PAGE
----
Newest Review: ... visual film (kudos to director Rian Johnson) and a few characters who are clearly young enough to be molly coddled should they stub thei... more
Noir gets jetted into 00s high school
Member Name: pmcds
Advantages: Clever concept
Disadvantages: Doesn't quite deliver
It's a very clever concept, to be fair: taking a film noir style and applying it to the modern day American high school setting and characters. The direction is crisp for the most part, the acting quite good (again for the most part), and the elements of a film noir all there. But for all this film's efforts at creating something kitsch and cool, Marlowe or Hammett this is not.
For a start, Joseph Gordon-Levitt is no Bogart or Mitchum. The gravitas and presence of the two classic noir actors is sorely missing in levitt's portrayal of Brendan, high school no one who prevents his dead ex's body being found so he can try and solve her murder himself. It's a strange concept that almost comes off, with a clear and uncomplicated number of characters and plot twists, and easy to follow visual film (kudos to director Rian Johnson) and a few characters who are clearly young enough to be molly coddled should they stub their little toes.
In terms of plot, it's all about who killed Emily, Brendan's girlfriend. He enlists the help of a friend, and the plot follows a similar noir feel, taking him from clue to clue, contact to contact, until he meets with the local high school drug boss. It turns out Emily was killed over a brick of heroine, hence the title, and now it's down to Brendan to try and manipulate the various characters he comes across in order to force the truth out.
The thing is, when things do start to emerge, it's a bit uncomfortable as roles that are clearly defined for adults are filled by hyped up teenage characters that don't seem to be able to carry them. The femme fatale is rather soft and ineffective, the sidekick rather dull and one dimensional, and the violent thug and the drug boss are two unlikely characters who don't really intimidate you as you're watching - it's more like watching a muscular comedian trying to be angry and someone with less acting skills trying to act as if he has more than he's got. Somewhat disappointing at times.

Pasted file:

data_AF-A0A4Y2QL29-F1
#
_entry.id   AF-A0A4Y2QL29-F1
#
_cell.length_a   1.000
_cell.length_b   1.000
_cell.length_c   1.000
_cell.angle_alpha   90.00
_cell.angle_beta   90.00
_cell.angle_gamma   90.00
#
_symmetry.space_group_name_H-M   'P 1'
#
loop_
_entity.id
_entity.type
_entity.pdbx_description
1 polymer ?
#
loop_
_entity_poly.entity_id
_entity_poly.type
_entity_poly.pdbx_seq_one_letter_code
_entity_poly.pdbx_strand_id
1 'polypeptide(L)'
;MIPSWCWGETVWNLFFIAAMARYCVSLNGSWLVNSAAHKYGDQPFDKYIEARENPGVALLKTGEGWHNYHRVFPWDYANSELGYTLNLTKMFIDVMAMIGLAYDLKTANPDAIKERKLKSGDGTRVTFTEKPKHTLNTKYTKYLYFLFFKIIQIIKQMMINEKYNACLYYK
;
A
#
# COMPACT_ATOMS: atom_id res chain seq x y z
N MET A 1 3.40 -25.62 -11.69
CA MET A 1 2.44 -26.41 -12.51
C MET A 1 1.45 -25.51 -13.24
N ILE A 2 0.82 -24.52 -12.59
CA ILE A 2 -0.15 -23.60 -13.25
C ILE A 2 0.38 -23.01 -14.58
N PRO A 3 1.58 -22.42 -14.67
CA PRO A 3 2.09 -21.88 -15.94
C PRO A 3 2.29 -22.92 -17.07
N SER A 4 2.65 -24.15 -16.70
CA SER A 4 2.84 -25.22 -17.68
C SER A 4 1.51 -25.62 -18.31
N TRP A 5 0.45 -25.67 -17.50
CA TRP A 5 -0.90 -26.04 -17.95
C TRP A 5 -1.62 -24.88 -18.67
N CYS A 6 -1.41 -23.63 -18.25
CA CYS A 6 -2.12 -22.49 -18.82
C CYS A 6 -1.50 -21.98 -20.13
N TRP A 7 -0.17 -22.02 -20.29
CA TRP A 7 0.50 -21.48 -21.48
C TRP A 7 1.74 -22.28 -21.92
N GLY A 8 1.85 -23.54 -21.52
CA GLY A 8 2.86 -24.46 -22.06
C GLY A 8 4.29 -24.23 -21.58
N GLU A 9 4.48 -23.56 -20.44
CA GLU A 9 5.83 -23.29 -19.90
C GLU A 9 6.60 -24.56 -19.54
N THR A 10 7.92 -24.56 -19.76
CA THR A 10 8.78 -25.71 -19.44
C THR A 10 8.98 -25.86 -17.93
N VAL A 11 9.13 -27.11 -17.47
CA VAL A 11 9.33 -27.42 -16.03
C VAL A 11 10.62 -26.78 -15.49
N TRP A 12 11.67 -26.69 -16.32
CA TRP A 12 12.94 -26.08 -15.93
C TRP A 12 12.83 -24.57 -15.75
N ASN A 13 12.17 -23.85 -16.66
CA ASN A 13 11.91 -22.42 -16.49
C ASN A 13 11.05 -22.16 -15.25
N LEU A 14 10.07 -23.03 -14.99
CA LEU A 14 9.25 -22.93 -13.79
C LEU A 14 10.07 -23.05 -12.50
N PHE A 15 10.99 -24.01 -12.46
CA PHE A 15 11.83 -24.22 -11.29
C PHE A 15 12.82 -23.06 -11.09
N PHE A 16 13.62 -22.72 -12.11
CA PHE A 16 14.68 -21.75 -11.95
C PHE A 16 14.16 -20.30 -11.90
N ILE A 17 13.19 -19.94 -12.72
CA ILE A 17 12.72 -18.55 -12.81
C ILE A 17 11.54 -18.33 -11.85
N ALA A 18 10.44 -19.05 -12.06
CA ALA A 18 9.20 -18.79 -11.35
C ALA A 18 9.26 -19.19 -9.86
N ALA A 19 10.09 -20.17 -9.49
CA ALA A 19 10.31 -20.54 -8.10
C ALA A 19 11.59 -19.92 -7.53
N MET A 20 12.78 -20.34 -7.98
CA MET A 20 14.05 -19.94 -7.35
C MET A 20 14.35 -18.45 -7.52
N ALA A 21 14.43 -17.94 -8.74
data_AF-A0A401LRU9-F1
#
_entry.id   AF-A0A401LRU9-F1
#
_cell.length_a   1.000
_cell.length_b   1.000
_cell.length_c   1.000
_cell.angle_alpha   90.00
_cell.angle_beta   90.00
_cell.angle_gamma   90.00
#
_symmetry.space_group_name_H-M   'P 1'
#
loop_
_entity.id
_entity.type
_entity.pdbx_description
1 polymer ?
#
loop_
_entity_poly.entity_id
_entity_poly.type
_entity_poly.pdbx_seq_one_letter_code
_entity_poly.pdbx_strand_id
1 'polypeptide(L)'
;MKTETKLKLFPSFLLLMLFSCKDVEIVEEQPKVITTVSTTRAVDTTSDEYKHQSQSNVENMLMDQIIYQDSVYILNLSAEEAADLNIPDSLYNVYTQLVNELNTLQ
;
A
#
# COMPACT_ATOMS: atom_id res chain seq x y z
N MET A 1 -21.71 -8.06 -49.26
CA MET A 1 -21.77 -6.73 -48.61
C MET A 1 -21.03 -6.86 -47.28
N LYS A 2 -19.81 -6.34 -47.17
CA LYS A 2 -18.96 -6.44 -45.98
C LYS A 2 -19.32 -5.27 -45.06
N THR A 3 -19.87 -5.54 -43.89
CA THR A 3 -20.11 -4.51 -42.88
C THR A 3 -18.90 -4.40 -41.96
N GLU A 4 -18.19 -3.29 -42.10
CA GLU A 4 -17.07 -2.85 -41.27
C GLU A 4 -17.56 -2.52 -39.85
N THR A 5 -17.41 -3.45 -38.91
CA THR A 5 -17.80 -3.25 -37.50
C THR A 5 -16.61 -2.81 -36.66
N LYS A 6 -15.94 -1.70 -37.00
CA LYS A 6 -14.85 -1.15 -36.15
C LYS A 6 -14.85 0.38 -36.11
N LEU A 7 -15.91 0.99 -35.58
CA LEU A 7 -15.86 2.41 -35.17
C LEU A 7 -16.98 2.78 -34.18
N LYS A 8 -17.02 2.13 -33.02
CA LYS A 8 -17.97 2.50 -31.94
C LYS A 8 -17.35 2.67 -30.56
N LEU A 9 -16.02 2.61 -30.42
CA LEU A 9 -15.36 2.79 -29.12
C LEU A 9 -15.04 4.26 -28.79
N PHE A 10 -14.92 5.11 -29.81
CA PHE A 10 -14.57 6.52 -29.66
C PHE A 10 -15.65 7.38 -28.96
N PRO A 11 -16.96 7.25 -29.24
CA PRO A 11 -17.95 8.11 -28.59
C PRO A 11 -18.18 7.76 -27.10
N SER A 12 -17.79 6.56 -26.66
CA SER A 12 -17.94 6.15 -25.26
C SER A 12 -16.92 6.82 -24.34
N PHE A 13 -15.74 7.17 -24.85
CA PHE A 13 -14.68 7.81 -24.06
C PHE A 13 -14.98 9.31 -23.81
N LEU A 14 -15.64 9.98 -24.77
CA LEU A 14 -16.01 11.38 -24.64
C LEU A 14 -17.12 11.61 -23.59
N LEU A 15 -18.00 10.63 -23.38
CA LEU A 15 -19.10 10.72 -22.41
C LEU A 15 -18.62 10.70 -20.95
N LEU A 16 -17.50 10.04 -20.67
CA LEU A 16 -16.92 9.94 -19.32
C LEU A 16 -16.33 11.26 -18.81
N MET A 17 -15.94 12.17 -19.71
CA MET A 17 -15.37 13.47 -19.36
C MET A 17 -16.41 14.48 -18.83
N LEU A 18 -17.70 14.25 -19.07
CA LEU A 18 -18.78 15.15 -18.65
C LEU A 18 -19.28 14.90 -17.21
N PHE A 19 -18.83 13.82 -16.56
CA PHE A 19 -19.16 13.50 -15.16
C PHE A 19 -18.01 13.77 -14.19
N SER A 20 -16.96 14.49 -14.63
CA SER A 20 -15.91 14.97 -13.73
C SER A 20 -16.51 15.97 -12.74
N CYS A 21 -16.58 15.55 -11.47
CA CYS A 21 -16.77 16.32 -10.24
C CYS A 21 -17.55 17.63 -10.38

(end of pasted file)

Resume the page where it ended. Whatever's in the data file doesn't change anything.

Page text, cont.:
But it's the noir traits that keep reminding you that this is a copy of something that fitted decades ago, that has little or no place in today's world, and relies solely on an era gone by being firmly planted in a modern high school setting. Hey, it worked for West Side Story as Romeo and Juliet got thrust into a school, and it worked for Romeo and Juliet getting a modern upgrade with Leo DiCaprio quoting the bard in an annoying drawl to try and woo Claire Danes' gormless Juliet.
But they had a budget, and Brick is sorely lacking some killer punches. It is to be praised for its filming styles, the distant camera shots and patience shown by Johnson throughout certainly something that makes you want to keep an eye out for the future. the overall feel is constant and you have to admire the way Johnson maintains pace from start to finish. It just lacks that certain something you'd expect it to have. I, like another reviewer, watched this merely because it is in Empire's top 500 films of all time, and it's something I'm working my way through. Were it not for that, this film would have completely escaped me. As it stands, it's a clever concept and worth a watch if you're stuck for something, but it's not something I can say I'm relieved was brought to my attention. If you do watch this, you'll appreciate the attempts to mdoernise noir, but if you don't bother then you're not missing anything particularly special.
Summary: Decent but disappointing attempt to modernise the film noir genre